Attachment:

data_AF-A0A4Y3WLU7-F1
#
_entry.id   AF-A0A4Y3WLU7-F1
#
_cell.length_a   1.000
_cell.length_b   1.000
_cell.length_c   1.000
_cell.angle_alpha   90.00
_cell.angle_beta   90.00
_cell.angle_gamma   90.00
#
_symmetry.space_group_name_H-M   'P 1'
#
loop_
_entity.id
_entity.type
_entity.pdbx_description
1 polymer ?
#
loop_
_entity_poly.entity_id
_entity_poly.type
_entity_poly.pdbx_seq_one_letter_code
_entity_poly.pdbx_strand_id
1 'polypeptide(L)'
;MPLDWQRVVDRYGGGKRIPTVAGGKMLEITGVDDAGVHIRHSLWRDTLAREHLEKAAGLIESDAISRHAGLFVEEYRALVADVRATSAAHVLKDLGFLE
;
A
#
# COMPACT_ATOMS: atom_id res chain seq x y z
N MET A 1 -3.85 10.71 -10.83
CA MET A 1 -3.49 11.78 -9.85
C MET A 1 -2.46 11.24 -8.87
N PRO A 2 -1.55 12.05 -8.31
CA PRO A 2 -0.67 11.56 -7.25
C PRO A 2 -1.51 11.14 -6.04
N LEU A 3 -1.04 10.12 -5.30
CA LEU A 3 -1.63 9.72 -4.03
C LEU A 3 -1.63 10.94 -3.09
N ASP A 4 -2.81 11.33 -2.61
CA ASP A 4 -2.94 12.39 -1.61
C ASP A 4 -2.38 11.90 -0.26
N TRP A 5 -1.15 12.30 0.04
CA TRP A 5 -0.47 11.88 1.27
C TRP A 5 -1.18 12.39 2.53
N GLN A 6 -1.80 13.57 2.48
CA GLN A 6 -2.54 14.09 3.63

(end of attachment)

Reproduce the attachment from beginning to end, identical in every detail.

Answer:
data_AF-A0A4Y3WLU7-F1
#
_entry.id   AF-A0A4Y3WLU7-F1
#
_cell.length_a   1.000
_cell.length_b   1.000
_cell.length_c   1.000
_cell.angle_alpha   90.00
_cell.angle_beta   90.00
_cell.angle_gamma   90.00
#
_symmetry.space_group_name_H-M   'P 1'
#
loop_
_entity.id
_entity.type
_entity.pdbx_description
1 polymer ?
#
loop_
_entity_poly.entity_id
_entity_poly.type
_entity_poly.pdbx_seq_one_letter_code
_entity_poly.pdbx_strand_id
1 'polypeptide(L)'
;MPLDWQRVVDRYGGGKRIPTVAGGKMLEITGVDDAGVHIRHSLWRDTLAREHLEKAAGLIESDAISRHAGLFVEEYRALVADVRATSAAHVLKDLGFLE
;
A
#
# COMPACT_ATOMS: atom_id res chain seq x y z
N MET A 1 -3.85 10.71 -10.83
CA MET A 1 -3.49 11.78 -9.85
C MET A 1 -2.46 11.24 -8.87
N PRO A 2 -1.55 12.05 -8.31
CA PRO A 2 -0.67 11.56 -7.25
C PRO A 2 -1.51 11.14 -6.04
N LEU A 3 -1.04 10.12 -5.30
CA LEU A 3 -1.63 9.72 -4.03
C LEU A 3 -1.63 10.94 -3.09
N ASP A 4 -2.81 11.33 -2.61
CA ASP A 4 -2.94 12.39 -1.61
C ASP A 4 -2.38 11.90 -0.26
N TRP A 5 -1.15 12.30 0.04
CA TRP A 5 -0.47 11.88 1.27
C TRP A 5 -1.18 12.39 2.53
N GLN A 6 -1.80 13.57 2.48
CA GLN A 6 -2.54 14.09 3.63